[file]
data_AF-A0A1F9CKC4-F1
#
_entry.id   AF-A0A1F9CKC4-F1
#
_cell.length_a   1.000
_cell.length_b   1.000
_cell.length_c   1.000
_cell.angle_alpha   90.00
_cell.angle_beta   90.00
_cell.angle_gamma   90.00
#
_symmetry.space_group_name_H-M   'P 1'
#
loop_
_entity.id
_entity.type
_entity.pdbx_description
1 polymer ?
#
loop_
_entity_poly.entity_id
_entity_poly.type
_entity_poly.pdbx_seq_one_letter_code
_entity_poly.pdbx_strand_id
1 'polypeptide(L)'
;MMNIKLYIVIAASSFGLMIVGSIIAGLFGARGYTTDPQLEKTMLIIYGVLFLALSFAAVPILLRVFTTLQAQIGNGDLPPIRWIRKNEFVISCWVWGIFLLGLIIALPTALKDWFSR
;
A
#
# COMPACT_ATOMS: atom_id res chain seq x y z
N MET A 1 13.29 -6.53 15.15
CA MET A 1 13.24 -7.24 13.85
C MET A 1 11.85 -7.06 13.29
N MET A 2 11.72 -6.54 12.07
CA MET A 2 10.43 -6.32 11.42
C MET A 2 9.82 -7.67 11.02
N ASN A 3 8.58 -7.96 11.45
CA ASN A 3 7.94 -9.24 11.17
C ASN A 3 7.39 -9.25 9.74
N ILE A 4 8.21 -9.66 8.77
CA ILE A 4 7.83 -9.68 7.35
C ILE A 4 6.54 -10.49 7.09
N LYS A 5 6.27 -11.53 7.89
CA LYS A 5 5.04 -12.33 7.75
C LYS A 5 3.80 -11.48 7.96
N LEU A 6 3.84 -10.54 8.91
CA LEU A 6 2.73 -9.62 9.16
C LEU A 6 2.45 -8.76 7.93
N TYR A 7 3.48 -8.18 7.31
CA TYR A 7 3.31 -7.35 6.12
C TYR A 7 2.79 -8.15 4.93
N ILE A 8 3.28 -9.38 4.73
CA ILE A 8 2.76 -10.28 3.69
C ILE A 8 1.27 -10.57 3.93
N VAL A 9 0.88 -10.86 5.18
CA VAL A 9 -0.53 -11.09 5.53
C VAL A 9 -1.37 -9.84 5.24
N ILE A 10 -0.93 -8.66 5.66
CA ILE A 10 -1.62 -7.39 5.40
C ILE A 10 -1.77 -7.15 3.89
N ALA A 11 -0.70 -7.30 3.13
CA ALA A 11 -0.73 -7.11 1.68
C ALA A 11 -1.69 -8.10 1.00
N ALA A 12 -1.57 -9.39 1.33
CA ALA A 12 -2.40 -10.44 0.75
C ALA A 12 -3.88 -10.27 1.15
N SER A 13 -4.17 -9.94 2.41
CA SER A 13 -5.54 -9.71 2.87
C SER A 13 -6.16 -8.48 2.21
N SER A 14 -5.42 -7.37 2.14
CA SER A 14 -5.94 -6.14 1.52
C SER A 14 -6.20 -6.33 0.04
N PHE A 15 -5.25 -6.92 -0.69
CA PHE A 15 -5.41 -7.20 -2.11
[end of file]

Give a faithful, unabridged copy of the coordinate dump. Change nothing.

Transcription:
data_AF-A0A1F9CKC4-F1
#
_entry.id   AF-A0A1F9CKC4-F1
#
_cell.length_a   1.000
_cell.length_b   1.000
_cell.length_c   1.000
_cell.angle_alpha   90.00
_cell.angle_beta   90.00
_cell.angle_gamma   90.00
#
_symmetry.space_group_name_H-M   'P 1'
#
loop_
_entity.id
_entity.type
_entity.pdbx_description
1 polymer ?
#
loop_
_entity_poly.entity_id
_entity_poly.type
_entity_poly.pdbx_seq_one_letter_code
_entity_poly.pdbx_strand_id
1 'polypeptide(L)'
;MMNIKLYIVIAASSFGLMIVGSIIAGLFGARGYTTDPQLEKTMLIIYGVLFLALSFAAVPILLRVFTTLQAQIGNGDLPPIRWIRKNEFVISCWVWGIFLLGLIIALPTALKDWFSR
;
A
#
# COMPACT_ATOMS: atom_id res chain seq x y z
N MET A 1 13.29 -6.53 15.15
CA MET A 1 13.24 -7.24 13.85
C MET A 1 11.85 -7.06 13.29
N MET A 2 11.72 -6.54 12.07
CA MET A 2 10.43 -6.32 11.42
C MET A 2 9.82 -7.67 11.02
N ASN A 3 8.58 -7.96 11.45
CA ASN A 3 7.94 -9.24 11.17
C ASN A 3 7.39 -9.25 9.74
N ILE A 4 8.21 -9.66 8.77
CA ILE A 4 7.83 -9.68 7.35
C ILE A 4 6.54 -10.49 7.09
N LYS A 5 6.27 -11.53 7.89
CA LYS A 5 5.04 -12.33 7.75
C LYS A 5 3.80 -11.48 7.96
N LEU A 6 3.84 -10.54 8.91
CA LEU A 6 2.73 -9.62 9.16
C LEU A 6 2.45 -8.76 7.93
N TYR A 7 3.48 -8.18 7.31
CA TYR A 7 3.31 -7.35 6.12
C TYR A 7 2.79 -8.15 4.93
N ILE A 8 3.28 -9.38 4.73
CA ILE A 8 2.76 -10.28 3.69
C ILE A 8 1.27 -10.57 3.93
N VAL A 9 0.88 -10.86 5.18
CA VAL A 9 -0.53 -11.09 5.53
C VAL A 9 -1.37 -9.84 5.24
N ILE A 10 -0.93 -8.66 5.66
CA ILE A 10 -1.62 -7.39 5.40
C ILE A 10 -1.77 -7.15 3.89
N ALA A 11 -0.70 -7.30 3.13
CA ALA A 11 -0.73 -7.11 1.68
C ALA A 11 -1.69 -8.10 1.00
N ALA A 12 -1.57 -9.39 1.33
CA ALA A 12 -2.40 -10.44 0.75
C ALA A 12 -3.88 -10.27 1.15
N SER A 13 -4.17 -9.94 2.41
CA SER A 13 -5.54 -9.71 2.87
C SER A 13 -6.16 -8.48 2.21
N SER A 14 -5.42 -7.37 2.14
CA SER A 14 -5.94 -6.14 1.52
C SER A 14 -6.20 -6.33 0.04
N PHE A 15 -5.25 -6.92 -0.69
CA PHE A 15 -5.41 -7.20 -2.11